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The problem: A car with a mass of 1200 kg and speed 10 m/s runs into a traffic barrier at an angle of 45 degrees, and is thrown outwards at an angle of 45 degrees relative to the barrier with a speed of 5.0 m/s How big was the change in momentum of the car during the collision?

I tried decomposing the momentum, but failed to get the right answer. Can someone explain to me how I can solve this question without using the fact that Pinitial and Pfinal make a right triangle?

Additionally, someone made the following solution to this problem:

$$\vec{p_e} = 1200 kg \cdot 5 m/s [{1 \over \sqrt{2}} , {1 \over \sqrt{2}}] \\ \vec{\Delta p} = \vec{p_e} - \vec{p_f} = 1200 [-{5 \over \sqrt{2}}, {15 \over \sqrt{2}}] kg m/s \\ |\vec{\Delta p}| = 1200 \sqrt{({5 \over \sqrt{2}})^2 + ({15 \over \sqrt{2}})^2} kg m/s = 1,3 \cdot 10^4 kgm/s$$

Can someone please explain to me how vectors and trig are used to solve this? I especially don't understand what the following means, and where it came from: $$[{1 \over \sqrt{2}} , {1 \over \sqrt{2}}] \\$$

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closed as off-topic by jinawee, user10851, Brandon Enright, tpg2114, Kyle Kanos Feb 21 '14 at 21:29

This question appears to be off-topic. The users who voted to close gave this specific reason:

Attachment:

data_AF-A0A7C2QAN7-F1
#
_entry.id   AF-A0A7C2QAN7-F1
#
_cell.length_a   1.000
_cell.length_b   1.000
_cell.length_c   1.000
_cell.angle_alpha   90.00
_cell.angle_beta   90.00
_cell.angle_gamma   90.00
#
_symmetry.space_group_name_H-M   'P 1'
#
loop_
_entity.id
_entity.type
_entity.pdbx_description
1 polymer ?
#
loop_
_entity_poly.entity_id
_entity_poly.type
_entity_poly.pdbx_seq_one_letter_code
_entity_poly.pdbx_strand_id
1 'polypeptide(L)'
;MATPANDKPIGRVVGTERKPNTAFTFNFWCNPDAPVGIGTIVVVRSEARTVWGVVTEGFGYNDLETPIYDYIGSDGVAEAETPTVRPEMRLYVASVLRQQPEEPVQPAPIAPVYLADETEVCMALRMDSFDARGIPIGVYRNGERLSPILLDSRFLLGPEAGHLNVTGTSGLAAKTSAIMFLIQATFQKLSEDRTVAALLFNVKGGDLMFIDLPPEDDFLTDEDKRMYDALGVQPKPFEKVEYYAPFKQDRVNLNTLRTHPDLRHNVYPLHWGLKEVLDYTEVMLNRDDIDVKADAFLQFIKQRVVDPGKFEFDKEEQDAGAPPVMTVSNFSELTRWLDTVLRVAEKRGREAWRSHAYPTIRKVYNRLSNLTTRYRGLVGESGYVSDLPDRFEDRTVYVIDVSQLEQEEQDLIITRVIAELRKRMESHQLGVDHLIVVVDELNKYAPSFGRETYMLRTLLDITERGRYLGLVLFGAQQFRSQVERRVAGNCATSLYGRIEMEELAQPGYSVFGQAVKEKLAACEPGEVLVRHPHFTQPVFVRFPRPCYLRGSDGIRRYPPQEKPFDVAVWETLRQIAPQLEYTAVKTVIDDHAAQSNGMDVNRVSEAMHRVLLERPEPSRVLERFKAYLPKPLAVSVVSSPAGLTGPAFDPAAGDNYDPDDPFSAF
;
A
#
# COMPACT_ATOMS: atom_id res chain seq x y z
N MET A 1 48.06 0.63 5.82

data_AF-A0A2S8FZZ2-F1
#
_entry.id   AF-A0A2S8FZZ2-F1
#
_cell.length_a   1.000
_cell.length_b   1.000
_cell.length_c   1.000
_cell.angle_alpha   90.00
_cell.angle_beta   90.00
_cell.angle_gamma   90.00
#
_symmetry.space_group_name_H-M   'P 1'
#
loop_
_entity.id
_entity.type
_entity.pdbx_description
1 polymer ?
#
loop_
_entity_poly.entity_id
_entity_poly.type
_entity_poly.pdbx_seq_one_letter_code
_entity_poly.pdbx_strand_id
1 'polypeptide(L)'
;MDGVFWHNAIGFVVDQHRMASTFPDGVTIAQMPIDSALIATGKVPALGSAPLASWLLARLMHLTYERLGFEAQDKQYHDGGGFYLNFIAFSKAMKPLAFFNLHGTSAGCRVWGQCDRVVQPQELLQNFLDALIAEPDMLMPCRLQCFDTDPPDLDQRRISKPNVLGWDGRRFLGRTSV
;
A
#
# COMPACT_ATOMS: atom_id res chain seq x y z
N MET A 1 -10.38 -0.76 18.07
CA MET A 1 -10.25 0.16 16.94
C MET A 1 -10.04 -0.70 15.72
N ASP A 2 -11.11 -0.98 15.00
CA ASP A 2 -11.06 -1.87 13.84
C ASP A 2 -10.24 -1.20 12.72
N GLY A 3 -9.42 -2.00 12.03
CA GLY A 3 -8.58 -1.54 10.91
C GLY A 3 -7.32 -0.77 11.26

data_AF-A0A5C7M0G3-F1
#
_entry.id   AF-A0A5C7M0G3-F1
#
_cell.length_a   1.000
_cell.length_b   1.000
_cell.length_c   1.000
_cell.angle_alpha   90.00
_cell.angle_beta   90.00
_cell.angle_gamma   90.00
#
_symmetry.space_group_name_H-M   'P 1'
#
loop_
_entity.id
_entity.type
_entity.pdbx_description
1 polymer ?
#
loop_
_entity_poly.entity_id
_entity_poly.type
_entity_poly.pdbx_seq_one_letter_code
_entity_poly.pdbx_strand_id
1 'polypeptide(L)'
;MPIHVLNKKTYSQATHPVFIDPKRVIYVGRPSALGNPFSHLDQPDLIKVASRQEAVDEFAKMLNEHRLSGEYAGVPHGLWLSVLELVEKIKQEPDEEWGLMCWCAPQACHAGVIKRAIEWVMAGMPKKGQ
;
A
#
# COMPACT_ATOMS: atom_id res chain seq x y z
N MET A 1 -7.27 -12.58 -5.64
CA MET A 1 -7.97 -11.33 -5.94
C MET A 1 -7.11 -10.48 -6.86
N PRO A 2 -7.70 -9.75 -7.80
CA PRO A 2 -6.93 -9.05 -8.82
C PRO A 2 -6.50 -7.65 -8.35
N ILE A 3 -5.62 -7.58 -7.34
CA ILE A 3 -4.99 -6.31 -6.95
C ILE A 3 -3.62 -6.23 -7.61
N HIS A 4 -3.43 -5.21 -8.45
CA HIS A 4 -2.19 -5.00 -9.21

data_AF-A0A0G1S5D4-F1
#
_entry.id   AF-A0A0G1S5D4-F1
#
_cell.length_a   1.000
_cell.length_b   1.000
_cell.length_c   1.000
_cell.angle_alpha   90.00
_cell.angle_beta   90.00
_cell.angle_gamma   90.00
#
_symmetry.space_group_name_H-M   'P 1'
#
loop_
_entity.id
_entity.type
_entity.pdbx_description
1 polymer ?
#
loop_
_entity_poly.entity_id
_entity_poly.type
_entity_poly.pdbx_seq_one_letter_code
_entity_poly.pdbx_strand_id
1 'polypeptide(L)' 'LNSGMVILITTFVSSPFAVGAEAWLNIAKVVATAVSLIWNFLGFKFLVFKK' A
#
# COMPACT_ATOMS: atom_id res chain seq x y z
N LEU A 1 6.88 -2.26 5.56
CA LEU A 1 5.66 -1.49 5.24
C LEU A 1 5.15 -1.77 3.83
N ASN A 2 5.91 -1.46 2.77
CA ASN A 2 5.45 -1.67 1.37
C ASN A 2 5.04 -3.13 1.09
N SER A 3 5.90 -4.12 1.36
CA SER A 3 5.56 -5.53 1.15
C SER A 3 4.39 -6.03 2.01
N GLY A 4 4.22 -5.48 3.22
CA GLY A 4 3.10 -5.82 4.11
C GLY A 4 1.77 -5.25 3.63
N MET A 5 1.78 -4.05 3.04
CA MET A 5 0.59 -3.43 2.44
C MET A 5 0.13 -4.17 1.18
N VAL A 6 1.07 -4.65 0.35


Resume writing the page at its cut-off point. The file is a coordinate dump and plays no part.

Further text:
• "Homework-like questions should ask about a specific physics concept and show some effort to work through the problem. We want our questions to be useful to the broader community, and to future users. See our meta site for more guidance on how to edit your question to make it better" – jinawee, Community, Brandon Enright, tpg2114, Kyle Kanos
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  • $\begingroup$ If this is a question about a previous post you shoud add a comment to that post, frist or at least link to it. $\endgroup$ – ja72 Feb 21 '14 at 19:47
  • $\begingroup$ Unfortunately the post was from a thread on a non-english high school physics site , and the post was made in 2007. I just asked it here because I don't think the OP is still on the original site. $\endgroup$ – Ali Mustafa Feb 21 '14 at 19:50
  • $\begingroup$ $[a,b]$ means a vector with length $a$ in the $x$ and length $b$ in the $y$ direction. $\endgroup$ – Kyle Kanos Feb 21 '14 at 21:29
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Momentum is vector and it has a direction. Since the motion is at 45° from the collision normal axis, the direction vector is

$$\left[ \sin 45°, \cos 45° \right] = \left[ \frac{1}{\sqrt{2}}, \frac{1}{\sqrt{2}} \right]$$

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